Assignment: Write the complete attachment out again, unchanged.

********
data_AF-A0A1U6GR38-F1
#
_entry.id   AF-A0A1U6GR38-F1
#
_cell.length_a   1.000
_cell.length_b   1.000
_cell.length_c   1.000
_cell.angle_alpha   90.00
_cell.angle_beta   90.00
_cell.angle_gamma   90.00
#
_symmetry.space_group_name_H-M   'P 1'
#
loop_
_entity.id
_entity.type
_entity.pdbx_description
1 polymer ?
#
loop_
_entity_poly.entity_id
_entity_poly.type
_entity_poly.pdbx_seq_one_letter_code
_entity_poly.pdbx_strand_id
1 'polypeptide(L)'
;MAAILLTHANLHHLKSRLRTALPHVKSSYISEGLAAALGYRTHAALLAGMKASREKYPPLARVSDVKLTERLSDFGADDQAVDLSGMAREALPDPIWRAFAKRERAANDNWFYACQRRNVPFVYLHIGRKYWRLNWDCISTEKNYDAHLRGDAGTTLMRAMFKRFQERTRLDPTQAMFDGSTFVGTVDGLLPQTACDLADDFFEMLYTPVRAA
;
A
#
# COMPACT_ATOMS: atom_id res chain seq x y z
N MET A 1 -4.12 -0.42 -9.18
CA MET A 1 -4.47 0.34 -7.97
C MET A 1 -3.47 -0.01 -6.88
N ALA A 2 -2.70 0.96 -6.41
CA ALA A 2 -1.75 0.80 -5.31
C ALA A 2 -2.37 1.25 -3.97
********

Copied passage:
data_AF-A0A1U6GR38-F1
#
_entry.id   AF-A0A1U6GR38-F1
#
_cell.length_a   1.000
_cell.length_b   1.000
_cell.length_c   1.000
_cell.angle_alpha   90.00
_cell.angle_beta   90.00
_cell.angle_gamma   90.00
#
_symmetry.space_group_name_H-M   'P 1'
#
loop_
_entity.id
_entity.type
_entity.pdbx_description
1 polymer ?
#
loop_
_entity_poly.entity_id
_entity_poly.type
_entity_poly.pdbx_seq_one_letter_code
_entity_poly.pdbx_strand_id
1 'polypeptide(L)'
;MAAILLTHANLHHLKSRLRTALPHVKSSYISEGLAAALGYRTHAALLAGMKASREKYPPLARVSDVKLTERLSDFGADDQAVDLSGMAREALPDPIWRAFAKRERAANDNWFYACQRRNVPFVYLHIGRKYWRLNWDCISTEKNYDAHLRGDAGTTLMRAMFKRFQERTRLDPTQAMFDGSTFVGTVDGLLPQTACDLADDFFEMLYTPVRAA
;
A
#
# COMPACT_ATOMS: atom_id res chain seq x y z
N MET A 1 -4.12 -0.42 -9.18
CA MET A 1 -4.47 0.34 -7.97
C MET A 1 -3.47 -0.01 -6.88
N ALA A 2 -2.70 0.96 -6.41
CA ALA A 2 -1.75 0.80 -5.31
C ALA A 2 -2.37 1.25 -3.97